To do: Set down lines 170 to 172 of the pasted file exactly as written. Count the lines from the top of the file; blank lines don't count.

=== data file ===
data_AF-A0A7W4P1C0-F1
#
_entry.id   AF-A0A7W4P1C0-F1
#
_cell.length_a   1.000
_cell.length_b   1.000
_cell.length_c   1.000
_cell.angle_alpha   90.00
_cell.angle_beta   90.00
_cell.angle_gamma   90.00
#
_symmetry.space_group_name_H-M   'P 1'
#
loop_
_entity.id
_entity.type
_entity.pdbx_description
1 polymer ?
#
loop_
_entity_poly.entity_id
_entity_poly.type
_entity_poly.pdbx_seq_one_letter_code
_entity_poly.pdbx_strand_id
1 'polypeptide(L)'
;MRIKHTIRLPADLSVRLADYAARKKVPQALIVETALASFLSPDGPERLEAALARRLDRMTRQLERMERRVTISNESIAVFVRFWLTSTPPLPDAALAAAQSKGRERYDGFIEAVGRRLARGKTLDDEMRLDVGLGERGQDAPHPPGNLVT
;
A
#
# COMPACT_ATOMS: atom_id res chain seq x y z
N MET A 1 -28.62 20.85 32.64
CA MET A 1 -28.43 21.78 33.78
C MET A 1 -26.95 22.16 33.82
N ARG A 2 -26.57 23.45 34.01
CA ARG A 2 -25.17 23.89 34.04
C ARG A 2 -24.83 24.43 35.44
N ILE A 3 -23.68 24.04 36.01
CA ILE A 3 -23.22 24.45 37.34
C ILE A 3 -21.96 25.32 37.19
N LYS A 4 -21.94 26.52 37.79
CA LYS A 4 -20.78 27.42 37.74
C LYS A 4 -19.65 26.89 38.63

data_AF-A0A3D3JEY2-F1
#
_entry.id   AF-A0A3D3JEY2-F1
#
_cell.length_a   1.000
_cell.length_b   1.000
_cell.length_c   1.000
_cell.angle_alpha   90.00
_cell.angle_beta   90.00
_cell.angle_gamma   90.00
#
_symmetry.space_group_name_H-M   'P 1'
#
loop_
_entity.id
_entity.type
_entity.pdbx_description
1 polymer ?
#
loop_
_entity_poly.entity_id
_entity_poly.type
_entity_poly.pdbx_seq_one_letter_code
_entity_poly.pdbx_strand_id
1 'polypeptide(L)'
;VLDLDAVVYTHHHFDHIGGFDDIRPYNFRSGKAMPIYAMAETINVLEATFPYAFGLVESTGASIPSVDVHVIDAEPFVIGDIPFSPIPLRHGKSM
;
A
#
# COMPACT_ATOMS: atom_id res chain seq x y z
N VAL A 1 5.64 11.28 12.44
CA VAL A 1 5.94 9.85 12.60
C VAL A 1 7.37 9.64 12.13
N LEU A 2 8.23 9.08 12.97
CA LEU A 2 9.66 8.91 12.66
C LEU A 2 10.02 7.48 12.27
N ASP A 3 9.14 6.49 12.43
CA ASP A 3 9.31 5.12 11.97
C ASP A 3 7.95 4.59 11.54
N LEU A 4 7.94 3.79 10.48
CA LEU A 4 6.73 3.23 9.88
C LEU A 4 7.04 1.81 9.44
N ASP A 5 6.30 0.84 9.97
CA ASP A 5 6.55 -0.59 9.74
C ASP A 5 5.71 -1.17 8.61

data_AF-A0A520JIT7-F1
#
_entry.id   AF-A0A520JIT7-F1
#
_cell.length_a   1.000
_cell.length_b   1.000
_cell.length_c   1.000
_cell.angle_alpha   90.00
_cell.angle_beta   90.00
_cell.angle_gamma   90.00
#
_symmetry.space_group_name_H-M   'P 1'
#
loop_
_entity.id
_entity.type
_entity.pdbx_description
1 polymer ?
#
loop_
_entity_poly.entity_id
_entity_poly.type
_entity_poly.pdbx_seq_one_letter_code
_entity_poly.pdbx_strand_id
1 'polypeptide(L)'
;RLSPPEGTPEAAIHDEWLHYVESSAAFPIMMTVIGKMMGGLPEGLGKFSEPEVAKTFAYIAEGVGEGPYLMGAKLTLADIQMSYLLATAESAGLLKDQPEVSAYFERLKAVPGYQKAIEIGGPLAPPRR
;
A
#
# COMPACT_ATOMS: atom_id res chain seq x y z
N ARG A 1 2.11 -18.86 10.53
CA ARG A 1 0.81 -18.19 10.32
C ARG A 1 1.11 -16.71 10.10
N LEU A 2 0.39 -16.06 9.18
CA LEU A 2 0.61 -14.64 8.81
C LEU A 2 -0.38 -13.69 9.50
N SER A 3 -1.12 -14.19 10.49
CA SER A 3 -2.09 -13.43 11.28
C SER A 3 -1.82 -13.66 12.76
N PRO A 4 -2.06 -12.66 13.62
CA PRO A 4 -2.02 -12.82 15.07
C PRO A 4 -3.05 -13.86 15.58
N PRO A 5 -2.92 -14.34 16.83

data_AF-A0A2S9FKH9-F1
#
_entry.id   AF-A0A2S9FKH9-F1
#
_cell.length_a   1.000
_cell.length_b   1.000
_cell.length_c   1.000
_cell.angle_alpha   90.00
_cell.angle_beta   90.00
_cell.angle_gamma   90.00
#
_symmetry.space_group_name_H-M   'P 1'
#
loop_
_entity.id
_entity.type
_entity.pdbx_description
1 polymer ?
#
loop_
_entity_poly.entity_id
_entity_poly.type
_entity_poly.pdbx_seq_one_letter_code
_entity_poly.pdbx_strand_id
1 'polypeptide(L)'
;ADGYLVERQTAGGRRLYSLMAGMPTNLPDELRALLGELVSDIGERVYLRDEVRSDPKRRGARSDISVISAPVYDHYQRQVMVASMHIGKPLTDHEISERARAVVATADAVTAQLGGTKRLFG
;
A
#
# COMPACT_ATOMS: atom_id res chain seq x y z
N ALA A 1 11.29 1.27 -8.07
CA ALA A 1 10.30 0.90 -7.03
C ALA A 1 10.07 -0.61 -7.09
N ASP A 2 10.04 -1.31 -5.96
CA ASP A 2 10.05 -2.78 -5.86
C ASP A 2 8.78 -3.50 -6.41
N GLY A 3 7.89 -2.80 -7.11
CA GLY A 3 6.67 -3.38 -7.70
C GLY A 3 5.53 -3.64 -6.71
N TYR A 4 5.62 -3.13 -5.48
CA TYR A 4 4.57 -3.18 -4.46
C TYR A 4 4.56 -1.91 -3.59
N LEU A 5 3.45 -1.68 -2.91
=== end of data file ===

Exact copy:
N TYR A 4 5.62 -3.13 -5.48
CA TYR A 4 4.57 -3.18 -4.46
C TYR A 4 4.56 -1.91 -3.59